Atypical development of motion processing trajectories in autism
Annaz, Dagmara and Remington, Anna and Milne, Elizabeth and Coleman, Mike and Campbell, Ruth and Thomas, Michael S. C. and Swettenham, John (2010) Atypical development of motion processing trajectories in autism. Developmental Science, 13 (6). pp. 826-838. ISSN 1363-755X
Full text is not in this repository.
Official URL: http://onlinelibrary.wiley.com/doi/10.1111/j.1467-...
This item is available in the Library Catalogue
Recent findings suggest that children with autism may be impaired in the perception of biological motion from moving point-light displays. There have also been reports that some children with autism have abnormally high motion coherence thresholds. In the current study we tested a group of children with autism and a group of typically developing children aged 5 to 12 years of age on three different motion perception tasks: i) biological motion, ii) motion coherence and iii) form-from-motion, as well as a static perception task iv) contour integration. Our aims were to examine the specificity of any motion perception deficit and to compare the developmental trajectories of the two groups on each of the tasks. The main findings were that children with autism were impaired in the perception of biological motion; sensitivity did not improve with development (i.e. their developmental trajectory was flat). This could not be explained by a perceptual impairment as there were subgroups of children on motion tasks with scores in the normal range who were nevertheless performed atypically on the biological motion task. In contrast, the ability to perceive contours from static Gabor signals develops normally in children with autism.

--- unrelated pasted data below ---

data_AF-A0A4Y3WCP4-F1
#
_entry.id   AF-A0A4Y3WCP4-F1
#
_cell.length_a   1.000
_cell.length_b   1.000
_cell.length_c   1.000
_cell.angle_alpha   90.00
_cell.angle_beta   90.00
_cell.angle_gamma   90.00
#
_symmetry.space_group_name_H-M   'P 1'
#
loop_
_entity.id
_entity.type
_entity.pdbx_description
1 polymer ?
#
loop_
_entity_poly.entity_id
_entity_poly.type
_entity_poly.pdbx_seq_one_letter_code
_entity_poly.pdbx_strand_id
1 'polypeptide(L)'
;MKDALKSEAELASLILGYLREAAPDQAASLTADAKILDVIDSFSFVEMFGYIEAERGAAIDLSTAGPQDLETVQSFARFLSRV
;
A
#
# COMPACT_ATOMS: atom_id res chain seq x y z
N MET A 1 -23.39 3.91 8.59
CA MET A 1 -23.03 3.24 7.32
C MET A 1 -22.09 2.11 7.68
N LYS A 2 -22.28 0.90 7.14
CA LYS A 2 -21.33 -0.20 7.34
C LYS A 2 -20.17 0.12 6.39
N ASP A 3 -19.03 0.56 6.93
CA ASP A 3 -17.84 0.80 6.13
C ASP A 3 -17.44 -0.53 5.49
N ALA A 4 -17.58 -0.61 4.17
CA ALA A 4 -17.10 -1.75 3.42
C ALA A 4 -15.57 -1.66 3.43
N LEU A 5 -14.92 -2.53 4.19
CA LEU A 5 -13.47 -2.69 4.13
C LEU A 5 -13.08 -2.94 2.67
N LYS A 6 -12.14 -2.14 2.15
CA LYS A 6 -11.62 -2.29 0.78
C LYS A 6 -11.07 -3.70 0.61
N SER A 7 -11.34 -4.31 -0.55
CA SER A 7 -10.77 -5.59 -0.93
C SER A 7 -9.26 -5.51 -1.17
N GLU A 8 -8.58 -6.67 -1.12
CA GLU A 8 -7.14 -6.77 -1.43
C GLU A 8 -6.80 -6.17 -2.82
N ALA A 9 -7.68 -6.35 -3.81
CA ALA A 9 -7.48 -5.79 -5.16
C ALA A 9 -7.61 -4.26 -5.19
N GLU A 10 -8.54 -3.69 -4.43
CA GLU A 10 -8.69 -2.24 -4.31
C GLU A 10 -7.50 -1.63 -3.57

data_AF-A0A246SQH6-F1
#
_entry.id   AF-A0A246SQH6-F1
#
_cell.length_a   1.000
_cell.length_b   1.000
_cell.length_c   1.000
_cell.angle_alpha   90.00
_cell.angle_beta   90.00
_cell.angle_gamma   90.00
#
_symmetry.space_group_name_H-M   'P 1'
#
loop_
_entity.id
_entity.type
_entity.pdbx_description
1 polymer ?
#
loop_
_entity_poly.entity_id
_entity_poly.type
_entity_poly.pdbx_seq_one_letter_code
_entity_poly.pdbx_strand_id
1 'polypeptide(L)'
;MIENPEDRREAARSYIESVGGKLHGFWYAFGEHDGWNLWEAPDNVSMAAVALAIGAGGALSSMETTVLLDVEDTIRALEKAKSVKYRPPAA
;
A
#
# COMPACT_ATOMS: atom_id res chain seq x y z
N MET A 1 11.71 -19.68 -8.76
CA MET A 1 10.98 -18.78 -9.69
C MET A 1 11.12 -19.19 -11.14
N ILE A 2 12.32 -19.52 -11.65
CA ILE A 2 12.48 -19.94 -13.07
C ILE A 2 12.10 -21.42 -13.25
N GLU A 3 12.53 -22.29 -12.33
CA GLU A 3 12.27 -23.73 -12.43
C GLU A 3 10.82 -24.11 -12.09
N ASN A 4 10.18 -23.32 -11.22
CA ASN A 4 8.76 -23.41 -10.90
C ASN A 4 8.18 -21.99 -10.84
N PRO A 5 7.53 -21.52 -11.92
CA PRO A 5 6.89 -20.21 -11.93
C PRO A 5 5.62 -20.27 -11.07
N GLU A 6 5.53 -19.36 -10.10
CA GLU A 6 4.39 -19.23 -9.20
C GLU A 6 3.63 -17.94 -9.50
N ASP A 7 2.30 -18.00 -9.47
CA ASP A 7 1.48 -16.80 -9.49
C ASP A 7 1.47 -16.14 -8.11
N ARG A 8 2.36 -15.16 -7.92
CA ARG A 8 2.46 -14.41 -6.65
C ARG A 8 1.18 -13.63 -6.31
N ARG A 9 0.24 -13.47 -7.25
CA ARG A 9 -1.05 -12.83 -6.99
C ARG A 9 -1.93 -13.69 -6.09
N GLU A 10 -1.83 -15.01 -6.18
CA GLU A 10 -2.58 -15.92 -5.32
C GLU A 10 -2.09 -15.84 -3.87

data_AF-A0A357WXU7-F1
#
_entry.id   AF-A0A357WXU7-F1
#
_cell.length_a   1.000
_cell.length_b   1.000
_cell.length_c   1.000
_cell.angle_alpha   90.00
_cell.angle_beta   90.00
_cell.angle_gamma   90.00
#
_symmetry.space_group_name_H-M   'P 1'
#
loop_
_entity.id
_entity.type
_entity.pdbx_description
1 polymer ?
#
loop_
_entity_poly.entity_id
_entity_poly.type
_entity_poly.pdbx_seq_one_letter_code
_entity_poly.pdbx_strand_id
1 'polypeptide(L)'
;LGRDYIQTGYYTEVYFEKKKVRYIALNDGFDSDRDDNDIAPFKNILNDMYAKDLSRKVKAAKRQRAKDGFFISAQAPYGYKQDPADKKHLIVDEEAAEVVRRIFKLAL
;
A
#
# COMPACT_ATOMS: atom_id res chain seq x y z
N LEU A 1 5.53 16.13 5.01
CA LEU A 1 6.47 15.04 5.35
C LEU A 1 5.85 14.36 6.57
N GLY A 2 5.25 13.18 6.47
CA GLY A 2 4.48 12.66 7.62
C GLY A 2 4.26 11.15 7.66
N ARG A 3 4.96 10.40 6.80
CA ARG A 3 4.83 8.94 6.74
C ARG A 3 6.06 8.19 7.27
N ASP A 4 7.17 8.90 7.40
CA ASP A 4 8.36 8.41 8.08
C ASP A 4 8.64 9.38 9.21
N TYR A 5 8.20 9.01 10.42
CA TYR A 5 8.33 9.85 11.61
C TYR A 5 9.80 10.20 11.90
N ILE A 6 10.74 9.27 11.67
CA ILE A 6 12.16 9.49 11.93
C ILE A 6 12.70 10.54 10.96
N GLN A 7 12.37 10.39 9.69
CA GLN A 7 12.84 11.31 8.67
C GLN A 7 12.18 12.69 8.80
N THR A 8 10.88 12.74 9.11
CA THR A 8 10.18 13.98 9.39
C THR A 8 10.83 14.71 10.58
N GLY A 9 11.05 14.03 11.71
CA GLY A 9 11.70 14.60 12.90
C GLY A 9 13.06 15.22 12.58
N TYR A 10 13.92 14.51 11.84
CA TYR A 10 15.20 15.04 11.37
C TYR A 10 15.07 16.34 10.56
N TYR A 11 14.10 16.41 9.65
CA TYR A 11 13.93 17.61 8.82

|Research Areas:||Middlesex University Schools and Centres > School of Science and Technology > Psychology|
|Deposited On:||18 Apr 2011 11:17|
|Last Modified:||08 Oct 2013 04:37|
Repository staff only: item control page
Full text downloads (NB count will be zero if no full text documents are attached to the record)
Downloads per month over the past year